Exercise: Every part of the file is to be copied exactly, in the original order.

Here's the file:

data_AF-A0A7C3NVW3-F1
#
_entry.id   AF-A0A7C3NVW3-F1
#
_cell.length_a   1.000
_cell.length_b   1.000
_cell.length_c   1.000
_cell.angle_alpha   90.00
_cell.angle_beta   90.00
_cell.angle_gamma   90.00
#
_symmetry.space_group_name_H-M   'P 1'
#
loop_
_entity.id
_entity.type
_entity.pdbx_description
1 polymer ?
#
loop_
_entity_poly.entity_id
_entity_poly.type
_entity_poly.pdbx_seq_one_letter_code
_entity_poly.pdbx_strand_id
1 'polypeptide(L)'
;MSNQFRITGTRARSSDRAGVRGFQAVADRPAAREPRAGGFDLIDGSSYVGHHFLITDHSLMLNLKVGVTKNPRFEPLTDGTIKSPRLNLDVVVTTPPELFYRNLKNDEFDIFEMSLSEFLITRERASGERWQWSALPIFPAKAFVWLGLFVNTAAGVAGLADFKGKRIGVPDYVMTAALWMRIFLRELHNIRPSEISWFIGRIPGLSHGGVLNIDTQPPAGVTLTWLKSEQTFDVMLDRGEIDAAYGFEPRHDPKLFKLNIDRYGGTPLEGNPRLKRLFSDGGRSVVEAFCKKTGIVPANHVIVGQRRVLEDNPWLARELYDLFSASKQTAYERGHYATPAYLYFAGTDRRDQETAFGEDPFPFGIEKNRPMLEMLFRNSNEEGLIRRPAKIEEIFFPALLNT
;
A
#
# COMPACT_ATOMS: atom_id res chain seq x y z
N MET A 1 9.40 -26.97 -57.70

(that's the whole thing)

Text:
data_AF-A0A7C3NVW3-F1
#
_entry.id   AF-A0A7C3NVW3-F1
#
_cell.length_a   1.000
_cell.length_b   1.000
_cell.length_c   1.000
_cell.angle_alpha   90.00
_cell.angle_beta   90.00
_cell.angle_gamma   90.00
#
_symmetry.space_group_name_H-M   'P 1'
#
loop_
_entity.id
_entity.type
_entity.pdbx_description
1 polymer ?
#
loop_
_entity_poly.entity_id
_entity_poly.type
_entity_poly.pdbx_seq_one_letter_code
_entity_poly.pdbx_strand_id
1 'polypeptide(L)'
;MSNQFRITGTRARSSDRAGVRGFQAVADRPAAREPRAGGFDLIDGSSYVGHHFLITDHSLMLNLKVGVTKNPRFEPLTDGTIKSPRLNLDVVVTTPPELFYRNLKNDEFDIFEMSLSEFLITRERASGERWQWSALPIFPAKAFVWLGLFVNTAAGVAGLADFKGKRIGVPDYVMTAALWMRIFLRELHNIRPSEISWFIGRIPGLSHGGVLNIDTQPPAGVTLTWLKSEQTFDVMLDRGEIDAAYGFEPRHDPKLFKLNIDRYGGTPLEGNPRLKRLFSDGGRSVVEAFCKKTGIVPANHVIVGQRRVLEDNPWLARELYDLFSASKQTAYERGHYATPAYLYFAGTDRRDQETAFGEDPFPFGIEKNRPMLEMLFRNSNEEGLIRRPAKIEEIFFPALLNT
;
A
#
# COMPACT_ATOMS: atom_id res chain seq x y z
N MET A 1 9.40 -26.97 -57.70